Soaring into the new year

Three factors have led to this post.  The first is a memory search, that has been going on in my mind for some time now, to present another few images that help to convey my enthusiastic optimism as this new year starts unfolding.  The second is my excitement at the prospect of my travel back to New Zealand in just four days.  The third is an inspiring image posted yesterday [here] by my talented friend Adrian (aka the FATman) of young gulls having taken sudden flight.  Adrian’s gulls immediately brought back to mind my delight on the occasions when I’ve been able to spend some unforgettable time observing some of my very favorite seabirds, the gannets (they belong to the genus Morus and the family Sulidae).  I’ve watched them from watercraft a few times, but nothing in my experience can compare with the vantage point that’s available near the community of Muriwai, about an hour’s drive and a short hike northwest of Auckland, New Zealand.  The action of the hungry sea has mostly separated a section of the cliff from the mainland, and a permanent gannet colony resides there, some on the flat-topped rocky stack and the rest on the adjacent grassy and sandy, sloping land.  The path along the cliff’s edge leads to a wonderful overlook platform, which you can just glimpse at the far left in my first image.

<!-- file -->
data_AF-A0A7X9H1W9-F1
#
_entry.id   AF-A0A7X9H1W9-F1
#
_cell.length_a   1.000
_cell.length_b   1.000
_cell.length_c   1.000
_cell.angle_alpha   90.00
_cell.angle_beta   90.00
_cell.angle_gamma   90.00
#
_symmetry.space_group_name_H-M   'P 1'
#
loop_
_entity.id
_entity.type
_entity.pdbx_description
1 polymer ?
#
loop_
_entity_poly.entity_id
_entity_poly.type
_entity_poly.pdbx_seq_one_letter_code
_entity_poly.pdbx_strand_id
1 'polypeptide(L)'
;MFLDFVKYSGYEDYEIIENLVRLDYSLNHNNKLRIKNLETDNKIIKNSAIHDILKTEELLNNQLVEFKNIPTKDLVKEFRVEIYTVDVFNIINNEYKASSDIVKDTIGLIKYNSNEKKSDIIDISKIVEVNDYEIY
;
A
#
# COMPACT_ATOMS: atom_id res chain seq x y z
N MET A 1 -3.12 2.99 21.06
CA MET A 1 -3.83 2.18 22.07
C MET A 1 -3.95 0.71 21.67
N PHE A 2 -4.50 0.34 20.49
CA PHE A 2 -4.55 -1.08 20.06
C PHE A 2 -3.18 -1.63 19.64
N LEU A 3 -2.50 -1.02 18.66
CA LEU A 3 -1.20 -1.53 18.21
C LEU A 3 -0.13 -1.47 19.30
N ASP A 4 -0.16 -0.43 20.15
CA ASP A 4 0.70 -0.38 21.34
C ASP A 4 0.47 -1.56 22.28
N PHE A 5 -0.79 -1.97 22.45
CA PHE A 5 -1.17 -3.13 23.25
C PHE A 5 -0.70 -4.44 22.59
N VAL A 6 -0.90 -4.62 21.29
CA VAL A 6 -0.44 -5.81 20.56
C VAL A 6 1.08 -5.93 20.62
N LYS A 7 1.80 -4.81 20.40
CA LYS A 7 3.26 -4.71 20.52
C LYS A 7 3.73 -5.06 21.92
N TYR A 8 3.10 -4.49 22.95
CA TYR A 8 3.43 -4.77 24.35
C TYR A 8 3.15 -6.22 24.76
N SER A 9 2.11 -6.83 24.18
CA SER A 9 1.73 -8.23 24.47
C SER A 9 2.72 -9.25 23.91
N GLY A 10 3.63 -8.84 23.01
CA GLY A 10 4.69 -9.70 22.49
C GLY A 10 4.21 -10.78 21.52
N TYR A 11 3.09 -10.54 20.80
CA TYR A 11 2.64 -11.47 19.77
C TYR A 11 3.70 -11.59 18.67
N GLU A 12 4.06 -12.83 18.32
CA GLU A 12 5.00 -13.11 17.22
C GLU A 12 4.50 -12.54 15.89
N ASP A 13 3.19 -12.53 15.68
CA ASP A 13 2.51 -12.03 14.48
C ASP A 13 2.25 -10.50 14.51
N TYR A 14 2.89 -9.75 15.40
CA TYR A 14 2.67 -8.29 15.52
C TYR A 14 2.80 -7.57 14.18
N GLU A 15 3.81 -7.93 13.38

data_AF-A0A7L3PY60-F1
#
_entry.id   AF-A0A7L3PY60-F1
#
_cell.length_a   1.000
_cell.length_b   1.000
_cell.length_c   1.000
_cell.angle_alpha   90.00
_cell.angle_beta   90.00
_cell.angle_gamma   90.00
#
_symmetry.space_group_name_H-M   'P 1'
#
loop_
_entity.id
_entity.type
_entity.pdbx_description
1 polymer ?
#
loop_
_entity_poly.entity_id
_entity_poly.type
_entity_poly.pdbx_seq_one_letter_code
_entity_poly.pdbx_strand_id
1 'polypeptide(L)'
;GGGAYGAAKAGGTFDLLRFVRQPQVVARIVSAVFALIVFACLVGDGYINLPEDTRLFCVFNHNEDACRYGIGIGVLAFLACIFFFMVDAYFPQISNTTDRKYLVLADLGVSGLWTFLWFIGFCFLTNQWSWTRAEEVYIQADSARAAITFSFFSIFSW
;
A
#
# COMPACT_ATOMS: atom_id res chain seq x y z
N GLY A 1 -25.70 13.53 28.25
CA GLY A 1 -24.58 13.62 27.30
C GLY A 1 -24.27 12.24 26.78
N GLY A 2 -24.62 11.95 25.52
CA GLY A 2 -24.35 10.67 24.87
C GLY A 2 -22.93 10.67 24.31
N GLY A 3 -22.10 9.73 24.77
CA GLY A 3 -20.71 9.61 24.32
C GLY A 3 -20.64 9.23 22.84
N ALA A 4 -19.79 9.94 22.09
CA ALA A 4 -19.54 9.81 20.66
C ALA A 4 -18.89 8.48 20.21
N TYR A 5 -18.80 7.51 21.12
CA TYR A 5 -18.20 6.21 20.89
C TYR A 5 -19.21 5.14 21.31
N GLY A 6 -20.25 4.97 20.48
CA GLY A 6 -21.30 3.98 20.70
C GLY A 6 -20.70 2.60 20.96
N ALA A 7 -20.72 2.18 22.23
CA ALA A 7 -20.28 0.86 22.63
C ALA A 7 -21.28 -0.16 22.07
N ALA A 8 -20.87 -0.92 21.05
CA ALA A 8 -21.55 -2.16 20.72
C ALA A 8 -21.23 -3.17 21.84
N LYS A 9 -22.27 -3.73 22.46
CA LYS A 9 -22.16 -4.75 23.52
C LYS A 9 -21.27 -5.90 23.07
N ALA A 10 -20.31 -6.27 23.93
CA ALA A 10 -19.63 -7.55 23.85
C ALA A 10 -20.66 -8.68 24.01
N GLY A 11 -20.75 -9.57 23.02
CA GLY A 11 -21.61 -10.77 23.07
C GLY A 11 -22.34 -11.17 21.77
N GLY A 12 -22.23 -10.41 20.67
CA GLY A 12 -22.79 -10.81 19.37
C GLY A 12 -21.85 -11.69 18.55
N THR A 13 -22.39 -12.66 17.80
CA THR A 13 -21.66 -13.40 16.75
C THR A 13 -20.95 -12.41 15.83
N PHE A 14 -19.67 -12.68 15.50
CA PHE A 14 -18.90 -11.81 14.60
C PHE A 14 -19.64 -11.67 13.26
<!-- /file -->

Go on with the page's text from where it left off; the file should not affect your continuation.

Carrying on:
Muriwai stack 4175

My first visit to this magical spot, when my fascination with gannets was kindled,  was on April 13, 1996.   I was using a film camera then, and I shot 33 frames, trying to catch one silhouetted against the fading light of the late afternoon.  One of these was successful.

Gannet, Muriwai 24-B-12
I feel very privileged to have had several opportunities to return to what has become my favorite of the 50 countries that I’ve visited so far and, whenever possible, I try to arrange another excursion to Muriwai. I invariably feel a thrill of exhilaration as I watch these lovely and magnificent birds riding the gusty winds that swirl around the craggy outcrops so elegantly and (apparently) effortlessly—truly the stuff of dreams.

Gannets, Muriwai 1382